Morrissey asked to go on Question Time – should he do it?
The legendary indie singer Morrissey has been asked by the BBC to appear on Question Time. In a regular end of tour statement on his fan site www.true-to-you.net, Morrissey explained that he has been “frequently asked” to “appear on BBC television’s Question Time to air my views”. Morrissey then went on to outline his fears over accepting the invitation, posing the question “Is it possible to engage with the British media and not be carved-up? I doubt it.” Morrissey on Question Time would undoubtedly be of huge interest to lots of people, and though Moz is right to raise concern over the media response to his appearance, it would give him a platform to fully air his opinions without fear of underhand journalistic tactics that have previously misrepresented him. For many, Morrissey is up there with Bill Hicks in terms of fantasy Question Time panelists, and with the current Jubilee celebrations Morrissey would be the perfect republican counter to the hysteria. Perhaps Morrissey would be more comfortable in the more off-the-cuff and relaxed ‘This Week’, chewing the fat with Andrew Neil and the flamboyantly-shirted Michael Portillo about Blue Nun and Babestation.
People from the entertainment world are often features of the Thursday night politican panel discussion show. Jarvis Cocker, who appeared on Question Time in 2009, recently recounted his experience of the programme : “I got a feeling I was supposed to be in opposition to Peter Hitchens. So I was supposed to clash with him and get uppity every time he said something, but I ended up agreeing with a lot of it. And then I’d notice Dimbleby started twitching his eyebrows at me in a weird sort of eyebrow dance…he was signalling at me to come in with the opposite opinion, and I just thought: ‘No. Fuck off.’ It’s that thing that everybody thinks is great telly. Well, what would be great is if you have a discussion and at the end everyone agrees.”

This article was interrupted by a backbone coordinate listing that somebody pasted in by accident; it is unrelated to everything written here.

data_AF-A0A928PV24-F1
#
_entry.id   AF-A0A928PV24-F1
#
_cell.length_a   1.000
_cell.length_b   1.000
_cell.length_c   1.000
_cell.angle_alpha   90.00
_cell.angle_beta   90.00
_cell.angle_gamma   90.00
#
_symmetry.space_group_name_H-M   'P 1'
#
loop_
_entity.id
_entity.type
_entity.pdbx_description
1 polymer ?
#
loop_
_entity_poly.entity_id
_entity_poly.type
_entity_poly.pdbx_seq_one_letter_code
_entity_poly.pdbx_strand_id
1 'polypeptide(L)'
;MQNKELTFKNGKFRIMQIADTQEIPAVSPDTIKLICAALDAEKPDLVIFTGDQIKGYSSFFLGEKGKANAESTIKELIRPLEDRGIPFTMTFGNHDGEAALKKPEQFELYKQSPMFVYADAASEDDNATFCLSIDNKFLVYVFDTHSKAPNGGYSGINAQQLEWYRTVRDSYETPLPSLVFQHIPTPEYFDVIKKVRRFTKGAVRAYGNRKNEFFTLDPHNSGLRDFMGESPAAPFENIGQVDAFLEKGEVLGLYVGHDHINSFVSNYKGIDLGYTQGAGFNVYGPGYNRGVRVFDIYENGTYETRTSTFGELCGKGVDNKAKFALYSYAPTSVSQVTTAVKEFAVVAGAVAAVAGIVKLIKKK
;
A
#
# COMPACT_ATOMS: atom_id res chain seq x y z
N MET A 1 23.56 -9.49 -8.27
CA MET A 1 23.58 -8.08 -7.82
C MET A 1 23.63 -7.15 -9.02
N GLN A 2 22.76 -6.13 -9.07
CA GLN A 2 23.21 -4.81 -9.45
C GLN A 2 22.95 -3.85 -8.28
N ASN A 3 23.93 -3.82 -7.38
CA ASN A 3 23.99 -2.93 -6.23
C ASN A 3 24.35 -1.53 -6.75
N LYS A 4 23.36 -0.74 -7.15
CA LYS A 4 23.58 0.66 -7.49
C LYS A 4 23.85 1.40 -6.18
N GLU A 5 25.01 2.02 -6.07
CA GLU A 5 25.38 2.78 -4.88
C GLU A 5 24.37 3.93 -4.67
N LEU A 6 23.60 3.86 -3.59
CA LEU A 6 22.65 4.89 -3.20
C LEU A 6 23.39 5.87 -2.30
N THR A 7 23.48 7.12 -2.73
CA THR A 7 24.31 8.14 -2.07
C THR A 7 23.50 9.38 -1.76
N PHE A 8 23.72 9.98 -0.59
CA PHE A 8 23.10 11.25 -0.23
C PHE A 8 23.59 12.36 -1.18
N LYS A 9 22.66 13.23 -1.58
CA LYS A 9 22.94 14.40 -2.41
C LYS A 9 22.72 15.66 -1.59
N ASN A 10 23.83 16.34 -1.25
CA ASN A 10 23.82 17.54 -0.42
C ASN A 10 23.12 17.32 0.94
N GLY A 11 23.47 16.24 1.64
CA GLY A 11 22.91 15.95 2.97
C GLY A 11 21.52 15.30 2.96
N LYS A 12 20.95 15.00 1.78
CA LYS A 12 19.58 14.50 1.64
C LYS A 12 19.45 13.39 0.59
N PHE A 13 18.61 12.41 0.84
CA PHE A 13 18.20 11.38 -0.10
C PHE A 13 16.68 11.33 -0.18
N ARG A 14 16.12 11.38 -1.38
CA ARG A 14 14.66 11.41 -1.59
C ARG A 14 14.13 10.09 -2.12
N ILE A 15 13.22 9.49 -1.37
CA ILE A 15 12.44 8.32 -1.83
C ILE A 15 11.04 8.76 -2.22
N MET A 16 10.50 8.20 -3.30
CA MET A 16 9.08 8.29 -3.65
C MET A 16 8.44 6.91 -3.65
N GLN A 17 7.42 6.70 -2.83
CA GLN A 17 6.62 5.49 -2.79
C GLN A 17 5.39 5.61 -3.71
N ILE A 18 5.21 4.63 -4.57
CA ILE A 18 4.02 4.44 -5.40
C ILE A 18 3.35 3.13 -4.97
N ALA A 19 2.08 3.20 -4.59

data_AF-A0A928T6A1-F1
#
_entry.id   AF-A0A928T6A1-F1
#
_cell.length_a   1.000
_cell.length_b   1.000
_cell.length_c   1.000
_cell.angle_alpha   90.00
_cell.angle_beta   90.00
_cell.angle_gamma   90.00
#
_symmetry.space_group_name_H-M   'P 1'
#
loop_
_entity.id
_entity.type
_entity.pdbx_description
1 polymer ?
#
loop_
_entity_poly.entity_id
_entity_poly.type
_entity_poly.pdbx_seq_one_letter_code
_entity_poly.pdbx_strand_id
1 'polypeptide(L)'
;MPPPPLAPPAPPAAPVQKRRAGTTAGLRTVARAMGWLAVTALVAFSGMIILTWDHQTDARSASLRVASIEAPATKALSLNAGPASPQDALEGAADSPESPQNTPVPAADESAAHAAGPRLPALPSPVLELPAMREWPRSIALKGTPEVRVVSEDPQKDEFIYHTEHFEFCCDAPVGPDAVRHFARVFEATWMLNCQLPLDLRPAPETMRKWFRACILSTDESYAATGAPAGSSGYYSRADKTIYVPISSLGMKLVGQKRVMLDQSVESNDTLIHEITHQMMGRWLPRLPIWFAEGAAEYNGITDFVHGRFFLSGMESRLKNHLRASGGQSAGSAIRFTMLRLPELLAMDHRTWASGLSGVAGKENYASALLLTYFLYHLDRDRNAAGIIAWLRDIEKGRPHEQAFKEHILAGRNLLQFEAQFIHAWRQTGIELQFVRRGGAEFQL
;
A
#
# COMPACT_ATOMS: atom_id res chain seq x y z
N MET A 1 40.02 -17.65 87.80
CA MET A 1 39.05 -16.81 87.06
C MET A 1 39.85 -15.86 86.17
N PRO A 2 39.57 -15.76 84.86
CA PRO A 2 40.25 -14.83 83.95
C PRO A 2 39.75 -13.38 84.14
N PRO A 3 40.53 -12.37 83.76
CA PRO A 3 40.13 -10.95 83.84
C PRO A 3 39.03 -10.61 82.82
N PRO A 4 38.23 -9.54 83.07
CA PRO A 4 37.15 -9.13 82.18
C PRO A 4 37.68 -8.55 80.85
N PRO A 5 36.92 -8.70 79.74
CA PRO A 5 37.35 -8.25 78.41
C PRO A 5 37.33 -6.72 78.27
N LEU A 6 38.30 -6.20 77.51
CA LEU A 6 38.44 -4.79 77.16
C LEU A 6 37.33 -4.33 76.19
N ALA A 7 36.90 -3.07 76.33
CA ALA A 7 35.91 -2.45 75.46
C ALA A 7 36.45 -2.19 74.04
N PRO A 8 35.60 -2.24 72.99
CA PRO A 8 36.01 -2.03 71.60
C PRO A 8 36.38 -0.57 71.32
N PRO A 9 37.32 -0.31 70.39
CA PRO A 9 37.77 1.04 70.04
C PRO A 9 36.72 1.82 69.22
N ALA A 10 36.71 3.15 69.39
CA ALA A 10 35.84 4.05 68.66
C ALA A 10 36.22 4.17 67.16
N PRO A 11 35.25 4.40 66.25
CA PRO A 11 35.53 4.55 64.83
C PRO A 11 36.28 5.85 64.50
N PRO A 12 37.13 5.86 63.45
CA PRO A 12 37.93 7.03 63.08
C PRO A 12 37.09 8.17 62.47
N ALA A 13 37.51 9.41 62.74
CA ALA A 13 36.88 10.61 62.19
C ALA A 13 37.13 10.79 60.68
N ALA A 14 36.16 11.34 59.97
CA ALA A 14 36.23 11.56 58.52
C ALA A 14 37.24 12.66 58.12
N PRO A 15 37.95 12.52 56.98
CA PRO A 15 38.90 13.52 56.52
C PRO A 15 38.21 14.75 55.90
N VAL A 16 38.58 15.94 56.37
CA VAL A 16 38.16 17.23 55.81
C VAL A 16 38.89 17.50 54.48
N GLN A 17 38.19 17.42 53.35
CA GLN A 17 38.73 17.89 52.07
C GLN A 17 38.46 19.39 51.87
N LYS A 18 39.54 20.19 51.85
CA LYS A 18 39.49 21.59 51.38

Should Morrissey appear on Question Time? Would it be an accident waiting to happen or a rightful airing of a national treasure who’s stayed all too distant from the British media of late? Speaking also in the end of tour statement, Morrissey paid tribute to Matt Walker – his drummer of the last few years who has recently retired from Morrissey’s oustanding current band. Never one to let the Monarchy go uncriticised, Morrissey shared his thoughts on the state funding of the Queen’s Jubilee festivities: “The soul is tried all over again as the jackboot of dictatorship strangles England. This week, the Queen’s Diamond Jubilee presents a new lesson in the force of tyranny, and is an expression of loathing and abhorrence of the British poor – and all done, quite naturally, at the public’s expense! It is degrading to anyone of intelligence. While dictatorships throughout the Middle East are gently condemned by the British government, there is no examination of the extremism enforced by the British ‘royals’, who remain the most overpaid and most utterly useless people on the planet. Having done nothing to earn our respect, they demand everything by return”. This verve of expression and acid tongue is exactly what would make Morrissey on Question Time such compelling viewing when juxtaposed with tired, grey and ultra-careful politicians fearful of stepping out of line set by their parties and advisors.